PSU Which Cable Goes Where

Which Cable Goes Where? Decoding PSU Cables

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When assembling or upgrading a computer, understanding which cable goes where is crucial for ensuring a stable and functional system. With a myriad of cables connecting various components inside the PC case, it can be daunting for both beginners and seasoned builders. Each cable has a specific role, from powering the motherboard and CPU to connecting storage devices and peripherals. Misplacing a cable or connecting it incorrectly can lead to hardware malfunctions or even permanent damage. This guide will demystify the process, offering a comprehensive overview of which cable goes where in the PSU, such as the 24-pin ATX, 8-pin EPS, PCIe, SATA, and Molex connectors. By the end, you’ll have a clear understanding of where each cable goes and how to ensure each component receives the correct power and data connections, paving the way for a smooth and successful build or upgrade.

Understanding PSU Cable Connections

Understanding PSU cable connections is crucial for ensuring a stable and efficient computer system. Each cable serves a specific purpose in delivering power to vital components such as the motherboard, CPU, graphics card, and storage devices. Proper connection ensures that each component receives the correct voltage and current, minimizing the risk of electrical damage or performance issues. Additionally, correct cable management enhances airflow within the PC case, contributing to better cooling and overall system reliability. By comprehending PSU cable connections, users can optimize their PC’s performance, prevent potential hardware failures, and build or upgrade their systems confidently.

The PSU Cable Puzzle

Building or maintaining a PC can be rewarding, but it comes with challenges. A common source of confusion is determining which PSU cable connects to which component. Misconnecting cables can lead to performance issues or, in the worst-case scenario, damage your hardware. Ensuring each cable is correctly placed is crucial for the system’s stability and longevity. This guide will help you navigate the PSU cable puzzle, ensuring that each component receives the appropriate connections and power, thus avoiding potential pitfalls and ensuring a smooth PC-building experience. So, let’s dive in and make sense of it all. We’ll break down the key components of your PC and explain which PSU cables you need for each. Let’s start with the basics:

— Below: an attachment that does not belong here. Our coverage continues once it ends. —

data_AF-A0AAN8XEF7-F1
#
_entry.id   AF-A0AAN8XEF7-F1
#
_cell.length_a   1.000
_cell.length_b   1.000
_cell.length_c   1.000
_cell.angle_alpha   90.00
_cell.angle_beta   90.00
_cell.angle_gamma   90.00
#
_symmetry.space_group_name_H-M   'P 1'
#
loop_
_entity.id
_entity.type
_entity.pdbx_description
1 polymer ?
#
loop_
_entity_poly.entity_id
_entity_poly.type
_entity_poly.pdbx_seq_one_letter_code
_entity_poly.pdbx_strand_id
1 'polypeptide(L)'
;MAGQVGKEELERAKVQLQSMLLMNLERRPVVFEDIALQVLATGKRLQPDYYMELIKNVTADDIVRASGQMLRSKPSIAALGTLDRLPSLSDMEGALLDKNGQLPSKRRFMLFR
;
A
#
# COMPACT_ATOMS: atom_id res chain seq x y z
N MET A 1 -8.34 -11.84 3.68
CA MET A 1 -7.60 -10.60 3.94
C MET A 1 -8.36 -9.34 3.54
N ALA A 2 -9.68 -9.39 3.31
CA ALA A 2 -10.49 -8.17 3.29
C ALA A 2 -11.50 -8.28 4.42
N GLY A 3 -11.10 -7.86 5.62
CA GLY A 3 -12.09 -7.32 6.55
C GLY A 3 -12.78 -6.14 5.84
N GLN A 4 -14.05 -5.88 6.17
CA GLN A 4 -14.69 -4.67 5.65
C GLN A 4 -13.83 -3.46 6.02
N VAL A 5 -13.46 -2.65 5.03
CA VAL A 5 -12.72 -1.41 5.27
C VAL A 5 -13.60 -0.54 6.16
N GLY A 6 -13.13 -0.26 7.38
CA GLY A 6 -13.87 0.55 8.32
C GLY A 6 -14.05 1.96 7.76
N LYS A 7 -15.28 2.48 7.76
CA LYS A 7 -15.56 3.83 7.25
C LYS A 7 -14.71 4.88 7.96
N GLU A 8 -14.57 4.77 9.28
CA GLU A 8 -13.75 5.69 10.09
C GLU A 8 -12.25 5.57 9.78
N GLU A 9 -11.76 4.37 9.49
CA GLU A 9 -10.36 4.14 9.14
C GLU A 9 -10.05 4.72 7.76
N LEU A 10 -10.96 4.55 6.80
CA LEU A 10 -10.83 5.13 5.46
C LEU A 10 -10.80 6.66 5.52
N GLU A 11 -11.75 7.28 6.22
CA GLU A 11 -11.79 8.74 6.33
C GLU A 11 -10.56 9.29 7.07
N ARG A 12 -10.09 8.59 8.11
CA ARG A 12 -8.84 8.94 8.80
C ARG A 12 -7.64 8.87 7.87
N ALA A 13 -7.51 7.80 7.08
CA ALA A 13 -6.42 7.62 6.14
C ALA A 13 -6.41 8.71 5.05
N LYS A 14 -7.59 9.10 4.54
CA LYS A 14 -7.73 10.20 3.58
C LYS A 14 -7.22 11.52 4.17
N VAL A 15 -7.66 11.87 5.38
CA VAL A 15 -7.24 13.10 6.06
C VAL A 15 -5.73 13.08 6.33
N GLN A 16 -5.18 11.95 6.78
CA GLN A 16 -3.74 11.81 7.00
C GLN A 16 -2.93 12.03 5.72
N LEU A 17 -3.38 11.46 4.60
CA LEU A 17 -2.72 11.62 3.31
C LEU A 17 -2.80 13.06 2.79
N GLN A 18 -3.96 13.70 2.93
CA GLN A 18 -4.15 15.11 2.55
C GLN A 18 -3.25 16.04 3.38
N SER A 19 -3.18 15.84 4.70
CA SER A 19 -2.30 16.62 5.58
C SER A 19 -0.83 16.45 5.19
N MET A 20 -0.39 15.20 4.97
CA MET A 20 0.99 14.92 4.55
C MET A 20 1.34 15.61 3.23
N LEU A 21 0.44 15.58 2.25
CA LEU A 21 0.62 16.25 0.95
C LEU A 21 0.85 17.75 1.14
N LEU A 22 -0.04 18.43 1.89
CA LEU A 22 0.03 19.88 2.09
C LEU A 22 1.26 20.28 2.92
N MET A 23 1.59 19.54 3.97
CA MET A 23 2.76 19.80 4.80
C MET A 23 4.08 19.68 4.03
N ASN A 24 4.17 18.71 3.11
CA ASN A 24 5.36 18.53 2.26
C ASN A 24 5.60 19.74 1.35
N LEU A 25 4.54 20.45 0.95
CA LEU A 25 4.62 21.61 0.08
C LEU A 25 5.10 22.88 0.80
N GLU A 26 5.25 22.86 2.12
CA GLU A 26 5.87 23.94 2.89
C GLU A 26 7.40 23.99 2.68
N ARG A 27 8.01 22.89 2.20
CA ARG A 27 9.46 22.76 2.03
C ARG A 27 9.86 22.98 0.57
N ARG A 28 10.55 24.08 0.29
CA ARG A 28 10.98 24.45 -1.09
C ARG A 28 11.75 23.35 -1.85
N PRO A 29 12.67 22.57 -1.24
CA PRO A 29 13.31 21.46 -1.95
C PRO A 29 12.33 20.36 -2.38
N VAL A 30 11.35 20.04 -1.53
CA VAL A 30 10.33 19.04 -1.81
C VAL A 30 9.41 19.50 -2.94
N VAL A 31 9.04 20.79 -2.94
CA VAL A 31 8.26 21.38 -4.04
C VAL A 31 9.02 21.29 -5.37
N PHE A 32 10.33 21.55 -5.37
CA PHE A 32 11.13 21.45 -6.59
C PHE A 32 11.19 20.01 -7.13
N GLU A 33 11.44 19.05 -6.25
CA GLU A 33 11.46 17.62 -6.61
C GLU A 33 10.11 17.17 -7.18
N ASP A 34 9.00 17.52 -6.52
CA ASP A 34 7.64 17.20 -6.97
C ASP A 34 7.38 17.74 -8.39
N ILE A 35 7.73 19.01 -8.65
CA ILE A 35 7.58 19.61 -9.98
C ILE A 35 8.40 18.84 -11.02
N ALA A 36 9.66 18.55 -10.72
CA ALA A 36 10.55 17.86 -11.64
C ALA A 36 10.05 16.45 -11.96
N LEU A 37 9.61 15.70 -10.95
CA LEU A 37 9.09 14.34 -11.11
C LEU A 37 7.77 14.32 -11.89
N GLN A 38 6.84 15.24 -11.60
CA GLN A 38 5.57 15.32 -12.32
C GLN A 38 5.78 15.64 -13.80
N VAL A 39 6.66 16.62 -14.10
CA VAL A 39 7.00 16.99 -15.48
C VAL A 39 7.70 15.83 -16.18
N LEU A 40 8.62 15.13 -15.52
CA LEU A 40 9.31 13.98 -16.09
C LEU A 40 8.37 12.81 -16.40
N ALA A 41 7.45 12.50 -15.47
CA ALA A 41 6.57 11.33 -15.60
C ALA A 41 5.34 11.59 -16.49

1. Motherboard (ATX and EPS Cables)

Motherboards in computer systems typically require two main types of power cables: ATX and EPS.

  1. ATX Power Cable: This cable connects the power supply unit (PSU) to the motherboard to provide general power to the board. It is a large, rectangular connector with 20 or 24 pins, supplying power to various components on the motherboard, such as the CPU, RAM, and expansion slots.
  2. EPS Power Cable: This cable, also known as the CPU power cable, provides additional power directly to the CPU socket on the motherboard. It typically consists of either a 4-pin or 8-pin connector, ensuring stable power delivery to the processor for optimal performance.

2. Graphics Card (PCIe Cable)

Graphics cards in computer systems typically require power from the power supply unit (PSU) using PCIe (Peripheral Component Interconnect Express) cables.

  1. PCIe Power Cable: This cable connects the PSU to the graphics card to provide additional power, especially for high-performance GPUs (Graphics Processing Units). PCIe cables come in various configurations, including 6-pin, 8-pin, or a combination of both, depending on the power requirements of the graphics card.